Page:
In terms of the flexibility my work has been really supportive. I actually took a triathlon on during the period that started at work and there’s a few guys at the office that are into triathlons as well. So there are people around me that understand it and understand the kind of hours that you have to put in. They understand the kind of commitment and dedication that it takes.

Kevin: So there is a culture in the office of sports or health so I guess that must help…

Elliot: Yes, it really does and I think the other side of it is that I’m a hard worker by nature. Everybody that knows me knows that I put the hours in. I’m not afraid to kind of get stuck in and get dirty. It is kind of a trust thing more than anything. At that second hour of the morning to go for a ride or run the guys at work, my bosses are my one managers and everybody at work know that they will get their hours back. There is, the trust element that goes into it.

Kevin: Excellent, superb! So hopefully that answers that one and the next we’ve got is this was orientated around the kit. The first bit of it is what running shoes do you use? Second one is what is the make of your bike? And then, do you have any recommendations for people considering buying a kit?

Elliot: Another good question! In terms of the running shoes I use a brand that I doubt many of the people who are listening and heard of, they’re called newtons. People in triathlon circles know them because they’re a massive drama, from the US. They are very well known. They’re slightly different from the normal trainers and that they emphasize forefoot running. So they have a rubber block on the soul which pushes the front of your foot down before your hill. For people that haven’t heard of them before, they are completely alien. I’m quite fortunate in that I have actually been a 4 foot runner just through the start that I picked it up I was younger.

So for me, they are fantastic and I have made my run times come right down since I tried them significantly by sort of a minute per kilometer which was about the average from when I first started.

Kevin: Really? And what is the significance, if you’re able to explain it, between the fact that you are meant to go down on the balls of your foot as opposed to the heel?

Elliot: Yes. There’s quite a lot going round about it at the moment. People have tried running marathons and things like that barefoot because it emphasizes the natural style that you are supposed to take when you run wheres what a lot of trainer manufacturers do, like Nike, that aren’t focused on a specific running style, they are designed to make your heel go down first which is not the way you’re supposed to run. So what the Newtons do is they’ve got a rubber block which protrudes further down on the heel and it gets you into the rhythm of a 4 foot striking.

Kevin: Wow. And is it to do with injury, or speed? Or is that just the way that the body…

Elliot: I think is just genetics. It is the weight women to run. And they just emphasize it to make sure that you’re getting the best technique.

Kevin: And they are called newtons? Will put a link to those. Okay, right. Your bike?

Elliot: At the moment I ride a focus. It is a really big brand. The make mountain bikes, triatholon bikes. The triathlon bikes are slightly different to the normal road bikes. They are designed for straight line speed, getting the hammer down and getting your head down. There is slightly different from the road bikes are out there. I’m actually looking to buy a new road bike now since my techniques have improved and my time is come right down. It is time to upgrade for something a little bit better.

Kevin: So we will be putting an advert out on the podcast that says use bike for sale.

Elliot: Yes, yes, with one careful owner!

Kevin: Yes, that’s right. And what bike are you going to get?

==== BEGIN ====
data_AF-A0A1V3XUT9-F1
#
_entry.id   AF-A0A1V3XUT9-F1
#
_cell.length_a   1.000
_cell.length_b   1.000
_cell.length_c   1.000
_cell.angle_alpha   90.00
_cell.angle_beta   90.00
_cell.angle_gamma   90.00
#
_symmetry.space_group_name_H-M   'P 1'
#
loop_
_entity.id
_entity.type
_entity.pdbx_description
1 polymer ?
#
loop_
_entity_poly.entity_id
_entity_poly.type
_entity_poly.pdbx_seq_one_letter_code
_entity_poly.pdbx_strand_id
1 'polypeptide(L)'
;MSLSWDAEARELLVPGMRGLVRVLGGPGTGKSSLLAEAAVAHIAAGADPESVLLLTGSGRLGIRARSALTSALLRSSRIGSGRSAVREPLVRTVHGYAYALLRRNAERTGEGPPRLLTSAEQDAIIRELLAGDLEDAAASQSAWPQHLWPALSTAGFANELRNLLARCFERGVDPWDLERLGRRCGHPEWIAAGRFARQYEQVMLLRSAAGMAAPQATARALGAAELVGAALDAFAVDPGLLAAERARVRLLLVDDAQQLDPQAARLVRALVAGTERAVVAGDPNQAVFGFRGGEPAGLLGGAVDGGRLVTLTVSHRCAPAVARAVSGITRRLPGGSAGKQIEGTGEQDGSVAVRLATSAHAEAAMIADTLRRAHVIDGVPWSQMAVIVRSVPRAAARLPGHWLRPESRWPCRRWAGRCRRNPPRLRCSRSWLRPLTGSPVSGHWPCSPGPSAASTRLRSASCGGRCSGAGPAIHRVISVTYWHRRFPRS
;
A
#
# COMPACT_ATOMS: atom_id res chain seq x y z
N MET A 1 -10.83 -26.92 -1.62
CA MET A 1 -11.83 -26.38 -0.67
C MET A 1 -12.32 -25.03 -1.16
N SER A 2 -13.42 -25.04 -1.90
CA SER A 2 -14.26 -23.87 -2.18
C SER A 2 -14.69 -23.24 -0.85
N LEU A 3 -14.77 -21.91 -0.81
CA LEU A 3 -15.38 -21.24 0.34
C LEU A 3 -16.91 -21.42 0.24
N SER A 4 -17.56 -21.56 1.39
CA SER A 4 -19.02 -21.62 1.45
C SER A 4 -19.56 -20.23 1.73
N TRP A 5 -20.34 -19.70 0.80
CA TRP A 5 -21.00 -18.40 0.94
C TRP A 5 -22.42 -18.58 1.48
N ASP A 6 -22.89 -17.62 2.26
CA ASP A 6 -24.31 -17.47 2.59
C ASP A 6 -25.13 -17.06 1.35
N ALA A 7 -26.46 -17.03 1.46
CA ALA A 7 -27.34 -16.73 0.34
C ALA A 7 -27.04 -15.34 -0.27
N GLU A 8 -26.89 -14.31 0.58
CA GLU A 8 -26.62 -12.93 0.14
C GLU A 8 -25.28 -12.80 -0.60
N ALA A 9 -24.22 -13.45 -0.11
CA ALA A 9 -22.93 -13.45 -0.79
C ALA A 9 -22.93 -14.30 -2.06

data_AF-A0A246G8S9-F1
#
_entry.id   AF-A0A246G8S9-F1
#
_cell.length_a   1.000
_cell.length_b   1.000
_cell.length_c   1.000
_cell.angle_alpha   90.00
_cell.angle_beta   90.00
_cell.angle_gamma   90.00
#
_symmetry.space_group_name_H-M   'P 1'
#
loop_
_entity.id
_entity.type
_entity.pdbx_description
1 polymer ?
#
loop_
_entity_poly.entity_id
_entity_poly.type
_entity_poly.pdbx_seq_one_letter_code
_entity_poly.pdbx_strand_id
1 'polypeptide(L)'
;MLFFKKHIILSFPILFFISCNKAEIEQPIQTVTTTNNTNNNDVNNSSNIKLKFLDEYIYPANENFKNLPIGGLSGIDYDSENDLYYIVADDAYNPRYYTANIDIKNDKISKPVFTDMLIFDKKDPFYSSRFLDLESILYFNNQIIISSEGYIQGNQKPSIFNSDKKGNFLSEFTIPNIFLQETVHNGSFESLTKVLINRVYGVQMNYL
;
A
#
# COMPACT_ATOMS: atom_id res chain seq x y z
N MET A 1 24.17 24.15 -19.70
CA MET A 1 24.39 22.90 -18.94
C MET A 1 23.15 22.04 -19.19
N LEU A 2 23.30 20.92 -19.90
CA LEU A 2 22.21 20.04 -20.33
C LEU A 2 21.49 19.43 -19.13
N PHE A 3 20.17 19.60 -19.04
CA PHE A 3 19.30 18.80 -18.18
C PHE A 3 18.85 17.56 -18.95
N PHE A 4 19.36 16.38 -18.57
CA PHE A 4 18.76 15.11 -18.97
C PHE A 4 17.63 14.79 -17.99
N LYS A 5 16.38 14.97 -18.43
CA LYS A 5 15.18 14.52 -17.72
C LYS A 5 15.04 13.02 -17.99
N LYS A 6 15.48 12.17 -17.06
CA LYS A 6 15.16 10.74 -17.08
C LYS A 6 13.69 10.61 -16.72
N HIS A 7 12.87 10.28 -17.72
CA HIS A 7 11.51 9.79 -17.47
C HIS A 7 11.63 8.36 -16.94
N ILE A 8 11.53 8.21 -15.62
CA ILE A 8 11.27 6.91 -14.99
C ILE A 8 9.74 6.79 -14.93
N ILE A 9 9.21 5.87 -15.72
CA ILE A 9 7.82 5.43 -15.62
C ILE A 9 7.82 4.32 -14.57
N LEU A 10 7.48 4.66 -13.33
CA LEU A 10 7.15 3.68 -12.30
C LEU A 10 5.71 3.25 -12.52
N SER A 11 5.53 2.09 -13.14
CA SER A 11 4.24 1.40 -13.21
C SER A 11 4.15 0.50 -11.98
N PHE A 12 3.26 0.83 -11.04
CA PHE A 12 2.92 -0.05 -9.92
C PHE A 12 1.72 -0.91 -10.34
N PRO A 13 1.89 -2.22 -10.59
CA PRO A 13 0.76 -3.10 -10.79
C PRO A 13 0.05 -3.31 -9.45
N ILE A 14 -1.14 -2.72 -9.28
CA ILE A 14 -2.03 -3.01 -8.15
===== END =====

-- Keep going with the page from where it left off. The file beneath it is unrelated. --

Elliot: I’m looking at the moment at something now call the planet X. Again, it is not a very well-known brand for someone who is not in the triathlon circles. They are a brilliant brand that have won numerous awards for the bikes they have out there. They’re full carbon, and absolutely beautiful pieces of kit. But they’re slightly cheaper than some of the higher-end brands because they are all manufactured in the Far East so they can keep their cost prices lower without compromising on equipment.

Kevin: How much time do you think upgrading your bike will save you?

Elliot: That’s a good question. It depends on what you’re going for. You need to be able to look at different bikes that are available because different bikes are set up differently. Obviously the designs are slightly different and some are more aero than others. I think over a 40km race, you could easily find between 5 and 10 minutes.

Kevin: Crikey! That is a substantial amount.

Elliot: It’s one of those things that I didn’t want to go…. Well, when I first started I bought the Focus because it is a good solid bike that has won lots of awards and has fantastic reviews. But it is at slightly a lower price point than some of the more expensive bikes and the reason for doing that is just that you can have the best kit in the world, but I was starting out in triathlon and I didn’t know how I was going to perform. I didn’t know that I was going to get to the level that I am at now and the kind of level that I’m looking to go to.

So it was a means to an end to make sure that my riding style was right and my pace was good enough. But now, it is time to start chipping away the times and upgrading.

Kevin: So in terms of buying a kit, what do you recommend there for people who are starting out on a triathlon for first-time? Obviously apart from you trying to get rid of your hand-downs on the show. [laughing]

Elliot: Yes, I have a nice Focus for sale! Well looked after, well maintained.[laughing]

Kevin: Exactly.

Elliot: Again that is a really good question. I think the best thing to do is to go to your local club and go online and Google your local area. Find your local triathlon are running club debating on what you’re looking for. All of the guys down there, by their nature, really helpful. They love talking about the sport that they do. It is common excuse for them to pass some of the knowledge down and talk about it in time and everything to do with the sport. Ask them about retailers they use, and what products they enjoy and what products they are using and how they’re finding them.